Murray-mania has inspired thousands to take up their dusty rackets and head to the local court. This is a good thing. Tennis is a fantastic, whole-body, highly aerobic workout, and is competitive – so keeping those with gym-fatigue from getting bored. Many new or returning tennis enthusiasts, however, will find their passion cooled by a bout of “tennis elbow” (or “lateral epicondylitis”, to give it the proper name!). This painful and lingering condition happens when the stress on the muscles in the forearm – those that work the wrist – causes damage at their most vulnerable point; where their tendons attach to a small area on the outside bony prominence of the elbow. Commonly associated with tennis (and that’s mostly what I’ll talk about here), it can also be triggered by other repetitive activities involving the wrist – especially if there’s a sudden increase in activity levels.
What can you do about it? Avoidance is the best tactic:
- Get the right racket. There’s some controversy over whether grip size is a major factor contributing to development of tennis elbow. Grips that are too small are considered a problem as they make it harder to control twist so your muscles have to work harder; although grips that are too large mean your arm muscles are not so “mechanically efficient” during strokes – more stress! Make sure your grip size is comfortable for you. Bear in mind that it’s easier to increase a grip size (using an overgrip or wrap) than to reduce it. Rackets been developed to be ever lighter and stiffer – this may be great for a seasoned player, but remember that a light, stiff racket will absorb less force, meaning more force is passed into your arm (and your muscles have to be able to cope with it). If it’s early days in your tennis career, maybe choose a softer-playing racket. There’s an interesting list of the ways your racket can be customized to reduce stress on your arm here.
- Get some advice on your technique. Tennis elbow commonly occurs as a result of less-than-ideal backhand technique, requiring a lot of the force of the strike to come from the small forearm muscles. If the backhand shot is played using a reasonably straight, firm elbow, and body weight forward, most of the power will come from body weight shift and the bigger, more capable shoulder muscles.
- Strong, healthy muscles will cope with more stress; so do some strengthening workouts if you want to play regularly; and do some warming up before a match so your circulation is working well and your muscles and tendons are ready for action. Simply stretching out and curling up your fingers will help prepare your forearm muscles.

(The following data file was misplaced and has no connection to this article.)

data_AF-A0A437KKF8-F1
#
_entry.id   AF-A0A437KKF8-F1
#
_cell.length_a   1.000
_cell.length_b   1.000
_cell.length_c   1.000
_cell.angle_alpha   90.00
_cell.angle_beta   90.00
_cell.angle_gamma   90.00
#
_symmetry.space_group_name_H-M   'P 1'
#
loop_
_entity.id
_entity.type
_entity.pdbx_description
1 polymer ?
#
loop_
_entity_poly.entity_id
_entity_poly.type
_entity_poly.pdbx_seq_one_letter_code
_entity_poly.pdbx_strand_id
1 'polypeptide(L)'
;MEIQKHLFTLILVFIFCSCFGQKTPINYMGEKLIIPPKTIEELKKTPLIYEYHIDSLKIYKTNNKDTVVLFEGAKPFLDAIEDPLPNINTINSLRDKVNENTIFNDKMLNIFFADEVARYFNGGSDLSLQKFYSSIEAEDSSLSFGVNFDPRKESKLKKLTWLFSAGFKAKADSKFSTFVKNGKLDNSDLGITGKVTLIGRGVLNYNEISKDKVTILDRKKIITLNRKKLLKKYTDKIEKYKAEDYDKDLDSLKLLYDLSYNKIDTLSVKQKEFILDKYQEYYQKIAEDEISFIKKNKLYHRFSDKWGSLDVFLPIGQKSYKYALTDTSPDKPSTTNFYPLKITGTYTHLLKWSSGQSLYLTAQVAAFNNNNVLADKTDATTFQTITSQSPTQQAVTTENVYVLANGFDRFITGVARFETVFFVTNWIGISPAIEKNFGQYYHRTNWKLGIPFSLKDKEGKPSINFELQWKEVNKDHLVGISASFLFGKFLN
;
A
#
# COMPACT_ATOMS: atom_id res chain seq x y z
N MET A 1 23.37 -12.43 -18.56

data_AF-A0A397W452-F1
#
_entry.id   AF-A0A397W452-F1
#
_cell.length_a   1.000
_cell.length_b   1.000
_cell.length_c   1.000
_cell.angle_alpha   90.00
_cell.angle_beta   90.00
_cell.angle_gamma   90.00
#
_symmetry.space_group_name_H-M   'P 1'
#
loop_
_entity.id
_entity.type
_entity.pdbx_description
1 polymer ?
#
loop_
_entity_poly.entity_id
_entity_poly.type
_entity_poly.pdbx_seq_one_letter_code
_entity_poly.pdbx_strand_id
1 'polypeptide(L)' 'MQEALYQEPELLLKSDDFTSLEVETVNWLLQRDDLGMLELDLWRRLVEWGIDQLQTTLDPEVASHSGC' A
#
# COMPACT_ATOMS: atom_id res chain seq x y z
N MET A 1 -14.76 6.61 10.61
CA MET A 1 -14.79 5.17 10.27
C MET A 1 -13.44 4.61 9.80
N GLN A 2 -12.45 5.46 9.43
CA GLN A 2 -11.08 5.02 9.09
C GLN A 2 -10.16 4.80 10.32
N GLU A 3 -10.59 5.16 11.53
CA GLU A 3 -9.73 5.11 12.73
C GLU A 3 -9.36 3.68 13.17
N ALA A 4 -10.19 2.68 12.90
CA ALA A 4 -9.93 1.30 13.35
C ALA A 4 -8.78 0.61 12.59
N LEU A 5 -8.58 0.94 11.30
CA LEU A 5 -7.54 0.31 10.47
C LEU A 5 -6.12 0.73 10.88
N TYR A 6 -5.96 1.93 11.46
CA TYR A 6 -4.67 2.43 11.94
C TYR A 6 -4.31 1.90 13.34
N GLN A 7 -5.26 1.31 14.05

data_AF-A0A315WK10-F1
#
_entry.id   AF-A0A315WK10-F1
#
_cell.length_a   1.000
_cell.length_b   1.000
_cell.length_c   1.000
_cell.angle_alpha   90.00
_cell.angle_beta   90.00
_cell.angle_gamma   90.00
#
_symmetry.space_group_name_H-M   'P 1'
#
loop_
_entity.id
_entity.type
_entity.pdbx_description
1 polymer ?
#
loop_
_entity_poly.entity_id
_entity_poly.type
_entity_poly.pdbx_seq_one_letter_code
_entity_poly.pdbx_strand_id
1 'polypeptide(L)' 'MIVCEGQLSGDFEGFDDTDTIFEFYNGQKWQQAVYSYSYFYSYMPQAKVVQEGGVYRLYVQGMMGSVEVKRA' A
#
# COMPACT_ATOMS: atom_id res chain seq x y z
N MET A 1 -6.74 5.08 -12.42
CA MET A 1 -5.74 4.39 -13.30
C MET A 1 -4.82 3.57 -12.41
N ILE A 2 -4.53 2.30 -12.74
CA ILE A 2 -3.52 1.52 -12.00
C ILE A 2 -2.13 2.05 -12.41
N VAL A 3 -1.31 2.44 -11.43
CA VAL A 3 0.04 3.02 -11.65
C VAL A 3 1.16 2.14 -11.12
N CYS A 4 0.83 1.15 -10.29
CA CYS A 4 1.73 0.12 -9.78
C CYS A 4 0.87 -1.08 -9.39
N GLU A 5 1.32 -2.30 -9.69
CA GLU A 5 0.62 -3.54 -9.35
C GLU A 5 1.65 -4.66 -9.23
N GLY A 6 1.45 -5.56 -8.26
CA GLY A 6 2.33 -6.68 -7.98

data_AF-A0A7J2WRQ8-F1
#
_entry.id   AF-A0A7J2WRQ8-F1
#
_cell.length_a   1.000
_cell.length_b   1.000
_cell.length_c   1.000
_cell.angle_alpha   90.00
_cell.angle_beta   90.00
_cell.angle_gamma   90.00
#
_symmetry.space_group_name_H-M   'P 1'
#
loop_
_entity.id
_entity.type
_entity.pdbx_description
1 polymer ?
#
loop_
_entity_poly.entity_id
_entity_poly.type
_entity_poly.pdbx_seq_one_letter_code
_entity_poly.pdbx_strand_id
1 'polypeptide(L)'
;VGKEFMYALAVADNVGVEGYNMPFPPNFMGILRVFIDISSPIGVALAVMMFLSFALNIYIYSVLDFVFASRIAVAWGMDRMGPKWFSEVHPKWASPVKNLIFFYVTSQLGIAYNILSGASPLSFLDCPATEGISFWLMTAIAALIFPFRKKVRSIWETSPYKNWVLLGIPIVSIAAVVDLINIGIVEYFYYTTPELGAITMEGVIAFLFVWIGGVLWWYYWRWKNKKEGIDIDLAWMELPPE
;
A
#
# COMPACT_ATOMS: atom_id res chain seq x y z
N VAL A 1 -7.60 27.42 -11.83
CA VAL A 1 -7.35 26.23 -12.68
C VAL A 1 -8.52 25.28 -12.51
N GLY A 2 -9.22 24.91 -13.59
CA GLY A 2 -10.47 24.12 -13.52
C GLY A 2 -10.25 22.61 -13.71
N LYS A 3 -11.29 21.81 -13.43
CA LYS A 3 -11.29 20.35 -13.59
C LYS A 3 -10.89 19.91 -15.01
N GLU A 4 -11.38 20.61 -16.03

And if you already have a bout?…
- You’re going to need to take a break from the court for a while! How long depends a lot on the stage of the injury, what else you do, etc. That doesn’t mean stop moving your arm altogether, though. Tendons need movement and blood flow to heal and absolute rest will inhibit that. If you need to continue with an activity that aggravates your elbow, use an elbow splint or brace, designed for tennis elbow, to take the stress off the tendons – but only use it whilst you’re doing that activity – again, total rest for your tendons isn’t good.
- Tennis elbow has an inflammatory component, and a measure of inflammation is your body’s natural response to damage, to aid healing, so you don’t want to entirely prevent that happening. However, ice-packing and an anti-inflammatory won’t do any harm if you’ve just done something that’s flared your elbow up – these steps can help control the pain. This isn’t going to heal your elbow, though, it’s just pain management, so restrict using these measures to times you’re really in need!
- Get some treatment. Physio, chiropractic, osteopathic, sports therapist – you need someone who can release tension in the muscles and get the joints of your wrist, elbow, shoulder, neck, upper back and even beyond, working at their best. There’s a whole chain of function here that needs addressing. Some people also find acupuncture (or “dry-needling”) a very effective treatment for tendon problems.
- You’ll need to do some exercises for those arm muscles. Current research suggests “eccentric” exercise best helps tendons heal. That doesn’t mean slightly barmy exercise..! It means loading the muscle whilst it lengthens rather than while it’s shortening (imagine having a heavy book in your hand and lowering to a table – your biceps muscle in the front of your arm is loaded, as it’s controlling the weight of the book in your hand, and lengthening, as it allows your hand to move downward towards the table). If you’re interested, there’s a link to some research about it here. Your therapist will be able to advise you how to do these kind of exercises.
So, if you’re an avid tennis-fan, look after your elbows and enjoy years of great sport!